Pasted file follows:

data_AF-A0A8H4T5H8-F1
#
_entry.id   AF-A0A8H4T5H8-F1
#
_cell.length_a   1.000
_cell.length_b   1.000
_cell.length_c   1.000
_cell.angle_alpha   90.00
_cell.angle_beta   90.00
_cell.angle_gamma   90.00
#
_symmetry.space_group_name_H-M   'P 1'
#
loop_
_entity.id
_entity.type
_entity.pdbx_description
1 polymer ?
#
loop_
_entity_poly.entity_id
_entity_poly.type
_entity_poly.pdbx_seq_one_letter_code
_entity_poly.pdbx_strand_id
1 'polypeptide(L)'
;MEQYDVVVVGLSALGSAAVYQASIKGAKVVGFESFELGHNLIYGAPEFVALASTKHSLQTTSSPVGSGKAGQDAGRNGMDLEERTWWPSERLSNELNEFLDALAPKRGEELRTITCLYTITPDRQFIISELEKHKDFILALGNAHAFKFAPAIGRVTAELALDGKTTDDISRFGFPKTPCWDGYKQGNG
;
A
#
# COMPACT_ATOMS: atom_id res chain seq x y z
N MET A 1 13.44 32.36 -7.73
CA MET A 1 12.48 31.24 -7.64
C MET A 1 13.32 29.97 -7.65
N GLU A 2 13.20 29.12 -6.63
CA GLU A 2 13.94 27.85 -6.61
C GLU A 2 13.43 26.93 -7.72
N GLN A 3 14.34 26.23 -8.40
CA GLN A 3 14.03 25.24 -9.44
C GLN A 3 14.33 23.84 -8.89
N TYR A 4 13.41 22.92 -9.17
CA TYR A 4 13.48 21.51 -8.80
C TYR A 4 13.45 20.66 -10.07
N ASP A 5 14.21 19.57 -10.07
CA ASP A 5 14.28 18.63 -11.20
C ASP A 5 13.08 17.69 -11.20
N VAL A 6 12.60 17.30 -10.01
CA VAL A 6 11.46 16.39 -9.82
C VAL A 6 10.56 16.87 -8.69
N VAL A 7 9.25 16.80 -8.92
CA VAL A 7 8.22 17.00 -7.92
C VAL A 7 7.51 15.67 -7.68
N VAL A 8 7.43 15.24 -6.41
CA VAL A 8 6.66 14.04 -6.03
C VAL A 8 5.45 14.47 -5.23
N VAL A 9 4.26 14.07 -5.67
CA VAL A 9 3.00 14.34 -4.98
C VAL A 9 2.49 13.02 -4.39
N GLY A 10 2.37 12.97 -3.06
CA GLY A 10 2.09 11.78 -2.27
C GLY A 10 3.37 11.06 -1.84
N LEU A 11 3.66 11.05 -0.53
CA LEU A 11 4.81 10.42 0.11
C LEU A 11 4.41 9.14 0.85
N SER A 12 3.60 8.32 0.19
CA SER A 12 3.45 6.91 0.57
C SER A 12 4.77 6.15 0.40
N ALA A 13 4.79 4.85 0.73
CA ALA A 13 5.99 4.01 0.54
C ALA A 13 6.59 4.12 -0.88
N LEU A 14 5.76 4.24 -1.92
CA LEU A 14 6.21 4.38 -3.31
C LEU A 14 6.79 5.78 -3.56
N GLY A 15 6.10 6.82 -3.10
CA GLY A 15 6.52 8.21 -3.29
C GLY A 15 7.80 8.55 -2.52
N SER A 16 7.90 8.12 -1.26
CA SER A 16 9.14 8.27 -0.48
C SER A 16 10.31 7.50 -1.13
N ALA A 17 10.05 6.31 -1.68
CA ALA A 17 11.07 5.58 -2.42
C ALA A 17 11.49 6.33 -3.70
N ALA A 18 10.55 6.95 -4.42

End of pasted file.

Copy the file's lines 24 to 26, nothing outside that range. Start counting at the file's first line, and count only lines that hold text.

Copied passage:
_entity_poly.pdbx_strand_id
1 'polypeptide(L)'
;MEQYDVVVVGLSALGSAAVYQASIKGAKVVGFESFELGHNLIYGAPEFVALASTKHSLQTTSSPVGSGKAGQDAGRNGMDLEERTWWPSERLSNELNEFLDALAPKRGEELRTITCLYTITPDRQFIISELEKHKDFILALGNAHAFKFAPAIGRVTAELALDGKTTDDISRFGFPKTPCWDGYKQGNG